In June of 1983, our expert systems research group at Carnegie Mellon University began to work actively on automating knowledge acquisition for expert systems. In the last five years, we have developed several tools under the pressure and influence of building expert systems for business and industry. These tools include the five described in chapters 2 through 6 - MORE, MOLE, SALT, KNACK and SIZZLE. One experiment, conducted jointly by developers at Digital Equipment Corporation, the Soar research group at Carnegie Mellon, and members of our group, explored automation of knowledge acquisition and code development for XCON (also known as R1), a production-level expert system for configuring DEC computer systems. This work influenced the development of RIME, a programming methodology developed at Digital which is the subject of chapter 7. This book describes the principles that guided our work, looks in detail at the design and operation of each tool or methodology, and reports some lessons learned from the enterprise. of the work, brought out in the introductory chapter, is A common theme that much power can be gained by understanding the roles that domain knowledge plays in problem solving. Each tool can exploit such an understanding because it focuses on a well defined problem-solving method used by the expert systems it builds. Each tool chapter describes the basic problem-solving method assumed by the tool and the leverage provided by committing to the method.Differentiation knowledge (that is, information that will help differentiate these possible complaints). ... that domain experts provided for the three diagnostic tasks described earlier: Diagnosing car engine problems: Complaints: car wona#39;t start, anbsp;...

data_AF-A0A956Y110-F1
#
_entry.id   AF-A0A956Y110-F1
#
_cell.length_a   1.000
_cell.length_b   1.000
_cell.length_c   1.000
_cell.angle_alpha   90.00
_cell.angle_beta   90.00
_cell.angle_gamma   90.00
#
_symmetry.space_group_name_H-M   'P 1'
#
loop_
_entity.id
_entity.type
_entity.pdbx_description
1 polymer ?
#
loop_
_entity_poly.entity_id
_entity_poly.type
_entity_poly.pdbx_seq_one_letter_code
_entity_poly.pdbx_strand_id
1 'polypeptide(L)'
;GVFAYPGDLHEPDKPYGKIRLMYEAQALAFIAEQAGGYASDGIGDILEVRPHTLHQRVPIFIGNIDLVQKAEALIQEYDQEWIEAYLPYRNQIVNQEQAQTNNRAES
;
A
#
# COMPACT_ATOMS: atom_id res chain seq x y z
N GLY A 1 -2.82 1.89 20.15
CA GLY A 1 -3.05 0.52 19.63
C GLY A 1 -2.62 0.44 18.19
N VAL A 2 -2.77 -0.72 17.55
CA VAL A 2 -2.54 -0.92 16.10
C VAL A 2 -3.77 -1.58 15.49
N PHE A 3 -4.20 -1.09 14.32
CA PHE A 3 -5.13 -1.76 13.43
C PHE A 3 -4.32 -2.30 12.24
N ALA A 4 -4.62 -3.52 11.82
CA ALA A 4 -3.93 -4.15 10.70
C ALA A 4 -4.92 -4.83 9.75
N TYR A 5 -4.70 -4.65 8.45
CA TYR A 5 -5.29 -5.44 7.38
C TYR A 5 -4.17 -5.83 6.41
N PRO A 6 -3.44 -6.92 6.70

|Title||:||Automating Knowledge Acquisition for Expert Systems|
|Publisher||:||Springer Science & Business Media - 2013-03-08|